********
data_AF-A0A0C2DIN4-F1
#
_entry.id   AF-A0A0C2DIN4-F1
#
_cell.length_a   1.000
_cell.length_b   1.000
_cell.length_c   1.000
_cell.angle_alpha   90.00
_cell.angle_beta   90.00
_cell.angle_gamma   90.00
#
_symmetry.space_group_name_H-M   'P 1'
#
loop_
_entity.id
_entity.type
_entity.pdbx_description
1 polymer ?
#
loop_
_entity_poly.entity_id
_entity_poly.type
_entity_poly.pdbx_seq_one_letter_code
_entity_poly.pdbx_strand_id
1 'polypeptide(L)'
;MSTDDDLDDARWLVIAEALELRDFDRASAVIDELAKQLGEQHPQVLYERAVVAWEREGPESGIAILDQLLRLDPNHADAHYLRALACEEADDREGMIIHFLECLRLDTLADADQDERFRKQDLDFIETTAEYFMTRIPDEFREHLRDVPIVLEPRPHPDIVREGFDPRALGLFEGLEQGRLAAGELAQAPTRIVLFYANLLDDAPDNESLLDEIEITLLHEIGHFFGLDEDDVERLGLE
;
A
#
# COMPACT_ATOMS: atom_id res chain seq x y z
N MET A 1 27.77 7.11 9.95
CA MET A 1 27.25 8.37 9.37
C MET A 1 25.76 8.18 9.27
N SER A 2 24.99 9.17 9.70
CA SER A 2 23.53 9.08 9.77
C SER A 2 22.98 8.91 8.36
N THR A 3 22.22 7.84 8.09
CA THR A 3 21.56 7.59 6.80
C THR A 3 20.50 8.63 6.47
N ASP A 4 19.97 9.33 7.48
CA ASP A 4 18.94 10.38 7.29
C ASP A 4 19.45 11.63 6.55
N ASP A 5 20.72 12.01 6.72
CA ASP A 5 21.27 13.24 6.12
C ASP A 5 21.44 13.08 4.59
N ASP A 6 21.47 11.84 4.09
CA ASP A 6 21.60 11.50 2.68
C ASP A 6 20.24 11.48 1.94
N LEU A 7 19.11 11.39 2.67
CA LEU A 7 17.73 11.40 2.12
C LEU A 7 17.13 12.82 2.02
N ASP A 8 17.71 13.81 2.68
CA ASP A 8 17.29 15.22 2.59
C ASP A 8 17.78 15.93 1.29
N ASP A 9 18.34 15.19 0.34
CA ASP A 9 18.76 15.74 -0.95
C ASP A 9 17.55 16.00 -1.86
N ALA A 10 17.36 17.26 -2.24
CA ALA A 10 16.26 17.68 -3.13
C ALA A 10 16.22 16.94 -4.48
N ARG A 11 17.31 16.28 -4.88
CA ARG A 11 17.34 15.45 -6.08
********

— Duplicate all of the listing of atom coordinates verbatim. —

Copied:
data_AF-A0A0C2DIN4-F1
#
_entry.id   AF-A0A0C2DIN4-F1
#
_cell.length_a   1.000
_cell.length_b   1.000
_cell.length_c   1.000
_cell.angle_alpha   90.00
_cell.angle_beta   90.00
_cell.angle_gamma   90.00
#
_symmetry.space_group_name_H-M   'P 1'
#
loop_
_entity.id
_entity.type
_entity.pdbx_description
1 polymer ?
#
loop_
_entity_poly.entity_id
_entity_poly.type
_entity_poly.pdbx_seq_one_letter_code
_entity_poly.pdbx_strand_id
1 'polypeptide(L)'
;MSTDDDLDDARWLVIAEALELRDFDRASAVIDELAKQLGEQHPQVLYERAVVAWEREGPESGIAILDQLLRLDPNHADAHYLRALACEEADDREGMIIHFLECLRLDTLADADQDERFRKQDLDFIETTAEYFMTRIPDEFREHLRDVPIVLEPRPHPDIVREGFDPRALGLFEGLEQGRLAAGELAQAPTRIVLFYANLLDDAPDNESLLDEIEITLLHEIGHFFGLDEDDVERLGLE
;
A
#
# COMPACT_ATOMS: atom_id res chain seq x y z
N MET A 1 27.77 7.11 9.95
CA MET A 1 27.25 8.37 9.37
C MET A 1 25.76 8.18 9.27
N SER A 2 24.99 9.17 9.70
CA SER A 2 23.53 9.08 9.77
C SER A 2 22.98 8.91 8.36
N THR A 3 22.22 7.84 8.09
CA THR A 3 21.56 7.59 6.80
C THR A 3 20.50 8.63 6.47
N ASP A 4 19.97 9.33 7.48
CA ASP A 4 18.94 10.38 7.29
C ASP A 4 19.45 11.63 6.55
N ASP A 5 20.72 12.01 6.72
CA ASP A 5 21.27 13.24 6.12
C ASP A 5 21.44 13.08 4.59
N ASP A 6 21.47 11.84 4.09
CA ASP A 6 21.60 11.50 2.68
C ASP A 6 20.24 11.48 1.94
N LEU A 7 19.11 11.39 2.67
CA LEU A 7 17.73 11.40 2.12
C LEU A 7 17.13 12.82 2.02
N ASP A 8 17.71 13.81 2.68
CA ASP A 8 17.29 15.22 2.59
C ASP A 8 17.78 15.93 1.29
N ASP A 9 18.34 15.19 0.34
CA ASP A 9 18.76 15.74 -0.95
C ASP A 9 17.55 16.00 -1.86
N ALA A 10 17.36 17.26 -2.24
CA ALA A 10 16.26 17.68 -3.13
C ALA A 10 16.22 16.94 -4.48
N ARG A 11 17.31 16.28 -4.88
CA ARG A 11 17.34 15.45 -6.08